Constitutional Democratic Party
|Constitutional Democratic Party|
|Founded||October 12, 1905|
|Politics of Russia
The Constitutional Democratic Party (Constitutional Democrats, formally Party of People's Freedom, informally Kadets) was a liberal political party in the Russian Empire. Party members were called Kadets, from the abbreviation K-D of the party name (Конституционная Демократическая партия in Russian). This name should not be confused with the term cadets, which referred to students at military schools in the Imperial Russia. Konstantin Kavelin's and Boris Chicherin's writings formed the theoretical basis of the party's platform. Historian Pavel Miliukov was the party's leader throughout its existence.
The Kadets' base of support were intellectuals and professionals; university professors and lawyers were particularly prominent within the party. A large number of Kadet party members were veterans of the zemstvo, local councils.
The Constitutional Democratic Party formed from the merger of several liberal groupings: the Union of Liberation, the Union of Zemstvo Constitutionalists, and the Union of Unions, the organization of bourgeois professionals and intellectuals, including teachers, lawyers, writers, physicians, and engineers.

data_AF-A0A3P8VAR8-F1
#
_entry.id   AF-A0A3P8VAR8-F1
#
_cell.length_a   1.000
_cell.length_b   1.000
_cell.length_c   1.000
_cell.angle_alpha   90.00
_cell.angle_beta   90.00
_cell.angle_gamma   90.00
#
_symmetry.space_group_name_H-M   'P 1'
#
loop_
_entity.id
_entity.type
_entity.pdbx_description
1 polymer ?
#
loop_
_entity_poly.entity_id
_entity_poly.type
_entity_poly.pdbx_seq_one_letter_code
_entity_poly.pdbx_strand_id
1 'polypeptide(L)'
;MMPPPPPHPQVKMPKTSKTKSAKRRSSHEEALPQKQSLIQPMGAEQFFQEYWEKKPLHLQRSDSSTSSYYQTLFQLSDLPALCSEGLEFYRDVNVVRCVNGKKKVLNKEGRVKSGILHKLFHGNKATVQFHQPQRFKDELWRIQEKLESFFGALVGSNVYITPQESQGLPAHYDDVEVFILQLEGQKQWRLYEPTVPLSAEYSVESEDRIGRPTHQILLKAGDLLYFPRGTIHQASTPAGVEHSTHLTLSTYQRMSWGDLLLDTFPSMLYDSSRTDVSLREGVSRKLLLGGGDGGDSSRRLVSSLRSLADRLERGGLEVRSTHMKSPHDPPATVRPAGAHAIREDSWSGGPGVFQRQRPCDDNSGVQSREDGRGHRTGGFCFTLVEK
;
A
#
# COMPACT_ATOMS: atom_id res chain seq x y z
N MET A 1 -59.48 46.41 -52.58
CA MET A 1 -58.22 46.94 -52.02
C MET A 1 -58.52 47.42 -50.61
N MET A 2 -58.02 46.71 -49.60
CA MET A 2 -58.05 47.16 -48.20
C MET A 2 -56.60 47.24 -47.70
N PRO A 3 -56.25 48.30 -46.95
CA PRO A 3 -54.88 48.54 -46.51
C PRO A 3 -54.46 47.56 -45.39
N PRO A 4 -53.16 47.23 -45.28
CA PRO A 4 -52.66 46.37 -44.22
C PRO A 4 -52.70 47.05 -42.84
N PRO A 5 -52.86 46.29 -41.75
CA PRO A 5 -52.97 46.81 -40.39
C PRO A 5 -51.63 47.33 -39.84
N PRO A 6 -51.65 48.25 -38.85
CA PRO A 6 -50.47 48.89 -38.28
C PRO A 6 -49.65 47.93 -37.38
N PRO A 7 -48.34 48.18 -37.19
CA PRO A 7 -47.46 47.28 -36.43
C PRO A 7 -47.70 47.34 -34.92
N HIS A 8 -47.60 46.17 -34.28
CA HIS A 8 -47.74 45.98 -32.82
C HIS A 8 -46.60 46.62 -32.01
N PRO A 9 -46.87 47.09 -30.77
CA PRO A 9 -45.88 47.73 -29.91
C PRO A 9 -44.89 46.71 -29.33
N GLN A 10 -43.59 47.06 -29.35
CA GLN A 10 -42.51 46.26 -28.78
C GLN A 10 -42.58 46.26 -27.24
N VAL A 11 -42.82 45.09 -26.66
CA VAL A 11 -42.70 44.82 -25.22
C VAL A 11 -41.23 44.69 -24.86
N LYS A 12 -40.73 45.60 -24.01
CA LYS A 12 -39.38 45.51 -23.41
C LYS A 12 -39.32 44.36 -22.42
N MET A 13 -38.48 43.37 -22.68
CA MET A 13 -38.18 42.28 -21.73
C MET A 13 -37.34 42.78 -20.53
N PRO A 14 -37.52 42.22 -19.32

The Kadets' liberal economic program favored workers' right to an eight-hour day. The Kadets were "were unwaveringly committed to full citizenship for all of Russia's minorities" and supported Jewish emancipation. The party drew significant support from Jews and Volga Germans, and a significant number of each group were active party members.
Radical origins (1905–1906)
The Constitutional Democratic Party was formed in Moscow on October 12–18, 1905 at the height of the Russian Revolution of 1905 when Tsar Nicholas II was forced to sign the October Manifesto granting basic civil liberties. The Kadets were to the immediate Left of the Octobrists, another new formed party organized at the same time. Unlike the Octobrists, who were committed to constitutional monarchy from the start, the Kadets were at first ambiguous on the subject, demanding universal suffrage (even women's suffrage) and a Constituent Assembly that would determine the country's form of government. This radicalism was despite the fact 60% of Kadets were nobles. The Kadets were one of the parties invited by the reform-minded Prime Minister Sergei Witte to join his cabinet in October–November 1905, but the negotiations broke down over the Kadets' radical demands and Witte's refusal to drop notorious reactionaries like Petr Nikolayevich Durnovo from the cabinet.